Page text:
• Improve the quality and content of technical publications
• Seek more opportunities and collaboration in the Advanced Capabilities Program of
the Exploration Systems Mission Directorate, nuclear power and in-space propulsion
technologies from the Science Mission Directorate, and communication technologies
from the Space Operations Mission Directorate
• Determine the optimum workforce to support GRC areas of excellence (both civil
servants and contractors)

Promote a Collaborative Relationship with Industry, Academia, and Other Government

Beyond our own needs, NASA’s recognized research expertise helps other Government agencies
to develop and implement plans and programs that meet the Nation’s needs. Building on the
Agency’s expanding partnerships, GRC’s personnel must actively participate in these
multidisciplinary teams to stay current on the status of the technologies and the challenges of our
partners and also to leverage the resources across the Government. The Center will market its
unique facilities and workforce to maintain critical core competencies that will be needed for the

• Seek opportunities to collaborate on national programs/projects

• Serve as subject matter experts in support of other Government agencies
• Effectively market unique facilities and workforce expertise on a reimbursable basis

Serve as a Bridge Between Academia and Industry

While industry facilities are dedicated to product development, GRC provides many unique
facilities that can be used to validate emerging technologies in relevant environments. The
technology transfer efforts expedite the movement of ideas from the laboratory to practical
application. The Center’s consortia with academia and industry foster knowledge sharing and
technology transfer to potential nonaerospace application users. As an unbiased, third-party
broker, we can facilitate collaboration between the science and technology communities.

• Validate development technologies in relevant environments using GRC-unique assets

• Commercialize technology through patents, licenses, and partnership activities
• Foster exchange and collaboration between academia and industry

Goal 4: Become an Integral Part of the Ohio Community and the Nation
The NASA Glenn Research Center has tremendous talent and capabilities that can provide
benefits beyond its gates and can benefit more than just the NASA mission. At the same time,
key constituencies throughout the country can provide invaluable support to NASA. The Center,
as an entity, must be a good citizen that delivers on commitments to the Nation and provides
benefits to the taxpayer. This can be accomplished through partnerships, economic development,
and outreach efforts. The results of these efforts will be greater appreciation and support for
GRC, an expanding economy, and a stronger community.

Conduct Public Outreach Activities

The Glenn Research Center is rich in science, technology, engineering, and mathematics
knowledge; world-class facilities; and highly-trained personnel. Showcasing these assets in a
strategic, coordinated framework will educate and inspire citizens to understand and participate in
the vision for the Nation’s space exploration program and will support the implementation of the
National Aeronautics Research and Development Policy. Examples of specific actions include
the following.

• Conduct activities that benefit the community

• Acquire an offsite Aerospace Educational Center with the ability to educate the public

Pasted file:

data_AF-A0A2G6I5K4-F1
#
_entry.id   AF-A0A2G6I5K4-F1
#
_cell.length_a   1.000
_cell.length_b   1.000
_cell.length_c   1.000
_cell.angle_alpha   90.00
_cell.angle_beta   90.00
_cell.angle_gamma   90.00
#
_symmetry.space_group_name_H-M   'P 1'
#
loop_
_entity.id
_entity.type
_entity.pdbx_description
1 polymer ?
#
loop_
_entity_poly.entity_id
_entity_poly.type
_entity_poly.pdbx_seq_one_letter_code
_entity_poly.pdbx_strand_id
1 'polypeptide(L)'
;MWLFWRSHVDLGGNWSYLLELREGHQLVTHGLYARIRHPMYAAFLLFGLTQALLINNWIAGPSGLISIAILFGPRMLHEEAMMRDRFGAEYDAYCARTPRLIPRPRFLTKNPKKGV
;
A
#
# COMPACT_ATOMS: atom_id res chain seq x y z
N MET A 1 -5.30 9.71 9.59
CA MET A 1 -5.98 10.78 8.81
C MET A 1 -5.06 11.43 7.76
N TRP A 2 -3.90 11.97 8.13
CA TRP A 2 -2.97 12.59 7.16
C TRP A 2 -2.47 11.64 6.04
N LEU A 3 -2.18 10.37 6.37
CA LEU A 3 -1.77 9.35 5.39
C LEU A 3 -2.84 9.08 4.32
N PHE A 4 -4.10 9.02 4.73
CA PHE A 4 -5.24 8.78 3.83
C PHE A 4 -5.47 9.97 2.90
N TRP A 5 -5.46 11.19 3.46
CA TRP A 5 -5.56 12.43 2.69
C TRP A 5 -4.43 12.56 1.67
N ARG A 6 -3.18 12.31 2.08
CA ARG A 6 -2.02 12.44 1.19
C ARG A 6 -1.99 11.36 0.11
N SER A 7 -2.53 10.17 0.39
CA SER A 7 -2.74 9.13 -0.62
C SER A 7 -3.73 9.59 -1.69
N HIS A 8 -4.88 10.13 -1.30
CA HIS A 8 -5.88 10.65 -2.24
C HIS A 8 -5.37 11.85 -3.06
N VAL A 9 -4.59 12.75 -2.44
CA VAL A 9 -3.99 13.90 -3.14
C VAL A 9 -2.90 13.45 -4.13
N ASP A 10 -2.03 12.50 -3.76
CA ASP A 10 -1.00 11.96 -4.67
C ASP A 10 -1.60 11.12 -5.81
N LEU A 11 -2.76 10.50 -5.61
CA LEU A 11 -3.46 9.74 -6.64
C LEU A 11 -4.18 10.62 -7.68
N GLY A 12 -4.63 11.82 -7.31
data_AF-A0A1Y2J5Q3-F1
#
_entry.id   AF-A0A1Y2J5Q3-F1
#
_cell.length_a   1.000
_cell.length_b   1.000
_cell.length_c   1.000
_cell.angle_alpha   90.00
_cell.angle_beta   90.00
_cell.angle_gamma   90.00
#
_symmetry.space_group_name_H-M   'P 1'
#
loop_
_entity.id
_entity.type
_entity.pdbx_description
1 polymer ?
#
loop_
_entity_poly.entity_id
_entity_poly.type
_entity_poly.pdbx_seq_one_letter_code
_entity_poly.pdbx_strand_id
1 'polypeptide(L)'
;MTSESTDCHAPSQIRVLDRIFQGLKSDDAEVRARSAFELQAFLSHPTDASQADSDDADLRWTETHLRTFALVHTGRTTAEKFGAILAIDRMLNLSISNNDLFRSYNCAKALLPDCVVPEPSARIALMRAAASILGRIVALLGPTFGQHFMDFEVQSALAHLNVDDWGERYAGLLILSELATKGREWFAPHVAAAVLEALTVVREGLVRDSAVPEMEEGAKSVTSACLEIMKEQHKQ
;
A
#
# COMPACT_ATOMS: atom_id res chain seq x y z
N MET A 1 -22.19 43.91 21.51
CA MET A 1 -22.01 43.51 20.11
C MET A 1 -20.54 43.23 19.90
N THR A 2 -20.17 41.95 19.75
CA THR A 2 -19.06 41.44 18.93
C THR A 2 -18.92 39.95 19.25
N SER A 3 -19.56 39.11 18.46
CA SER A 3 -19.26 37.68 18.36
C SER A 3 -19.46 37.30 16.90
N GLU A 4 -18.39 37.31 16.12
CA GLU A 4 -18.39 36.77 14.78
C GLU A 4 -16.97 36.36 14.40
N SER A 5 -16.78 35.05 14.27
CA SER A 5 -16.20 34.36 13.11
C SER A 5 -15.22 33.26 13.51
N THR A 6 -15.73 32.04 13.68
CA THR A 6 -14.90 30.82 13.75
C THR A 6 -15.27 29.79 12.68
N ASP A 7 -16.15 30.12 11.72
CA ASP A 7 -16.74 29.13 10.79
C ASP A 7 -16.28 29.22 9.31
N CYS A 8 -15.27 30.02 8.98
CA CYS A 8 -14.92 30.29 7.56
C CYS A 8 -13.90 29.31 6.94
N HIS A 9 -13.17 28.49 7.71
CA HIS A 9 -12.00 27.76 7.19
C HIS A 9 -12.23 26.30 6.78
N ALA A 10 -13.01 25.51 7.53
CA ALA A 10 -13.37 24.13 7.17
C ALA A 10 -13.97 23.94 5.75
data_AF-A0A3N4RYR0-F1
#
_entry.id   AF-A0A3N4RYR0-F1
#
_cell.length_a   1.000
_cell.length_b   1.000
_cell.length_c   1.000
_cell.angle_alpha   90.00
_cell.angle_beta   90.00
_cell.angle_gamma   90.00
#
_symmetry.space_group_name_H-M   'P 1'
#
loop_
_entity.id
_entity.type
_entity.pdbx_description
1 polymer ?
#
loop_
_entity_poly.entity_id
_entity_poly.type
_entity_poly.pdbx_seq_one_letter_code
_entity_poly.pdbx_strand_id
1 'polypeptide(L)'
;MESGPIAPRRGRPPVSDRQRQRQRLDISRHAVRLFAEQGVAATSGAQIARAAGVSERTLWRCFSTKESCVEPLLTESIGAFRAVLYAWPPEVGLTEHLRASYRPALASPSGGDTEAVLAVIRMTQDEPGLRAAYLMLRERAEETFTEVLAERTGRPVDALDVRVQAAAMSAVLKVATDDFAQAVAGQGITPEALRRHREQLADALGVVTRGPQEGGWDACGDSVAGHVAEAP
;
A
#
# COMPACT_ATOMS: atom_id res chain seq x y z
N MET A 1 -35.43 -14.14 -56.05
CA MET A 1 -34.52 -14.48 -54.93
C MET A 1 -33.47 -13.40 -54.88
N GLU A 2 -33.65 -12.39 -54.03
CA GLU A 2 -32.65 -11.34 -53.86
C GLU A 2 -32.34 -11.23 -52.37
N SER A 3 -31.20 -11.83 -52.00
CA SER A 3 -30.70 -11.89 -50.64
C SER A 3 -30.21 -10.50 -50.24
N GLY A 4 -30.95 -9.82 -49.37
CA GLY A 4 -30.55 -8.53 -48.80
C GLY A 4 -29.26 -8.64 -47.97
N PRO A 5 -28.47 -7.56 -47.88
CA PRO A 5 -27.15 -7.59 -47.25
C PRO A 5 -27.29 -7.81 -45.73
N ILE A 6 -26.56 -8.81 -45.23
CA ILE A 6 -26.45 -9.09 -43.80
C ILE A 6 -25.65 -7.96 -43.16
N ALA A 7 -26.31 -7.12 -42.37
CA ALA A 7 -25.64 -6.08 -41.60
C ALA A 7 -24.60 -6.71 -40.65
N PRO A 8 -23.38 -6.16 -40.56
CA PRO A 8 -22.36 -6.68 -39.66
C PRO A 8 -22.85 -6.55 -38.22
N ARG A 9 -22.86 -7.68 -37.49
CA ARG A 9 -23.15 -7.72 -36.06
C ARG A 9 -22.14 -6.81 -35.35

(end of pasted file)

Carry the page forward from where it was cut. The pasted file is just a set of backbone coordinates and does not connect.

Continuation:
about GRC’s technical capability
• Provide educational outreach to develop talent for the Nation’s workforce

Personally Involve Senior Management in Community and National Activities

To increase knowledge and visibility of GRC and increase stakeholder support, GRC should be
more active in the community. This is accomplished by serving on councils and boards and
volunteering at community events. The senior leadership team will set the pace in this area by
partnering with national, state, and local leaders to enhance the quality of life. Actions that could
be taken include the following.

• Co-host a technology council with local and regional businesses along with the State
government that provides technical assistance in problem solving
• GRC leaders participate in regular meetings with civic and business leaders
• Senior managers serve on boards and councils that support the community, institutions of
higher learning, and national and international professional organizations as permitted by
law and policy

Serve as a Catalyst for Economic Development

The focus of this objective is to have GRC recognized as a value-added partner in developing a
strong economic engine for the community. It also clearly demonstrates GRC’s commitment to
being a good citizen. This is accomplished through the use of GRC’s technical expertise and
related products to spur the development of new businesses and industries. Actions that could be
taken include the following.

• Provide technical support to new business development organizations to commercialize

NASA technology
• Provide technical assistance for regional organizations, both public and private
• Partner with the community to bring in cooperative work and help recruit and retain talent

• Encourage and facilitate contractors to locate in and around the Center

Increase Community and National Support for NASA’s Mission

In order to further the accomplishment of its mission, GRC must recognize and effectively
respond to efforts by external parties to support its activities. To do this GRC must cultivate
effective relationships with key constituencies. GRC must also provide these constituencies with
concise, easily understandable information about its accomplishments and its strategic and tactical
priorities. Actions that could be taken include the following.

• Institutionalize processes to optimize community support for NASA

• Facilitate coordinated support activities by NASA retirees
• Deliver a consistent and coherent message to organizations seeking to support NASA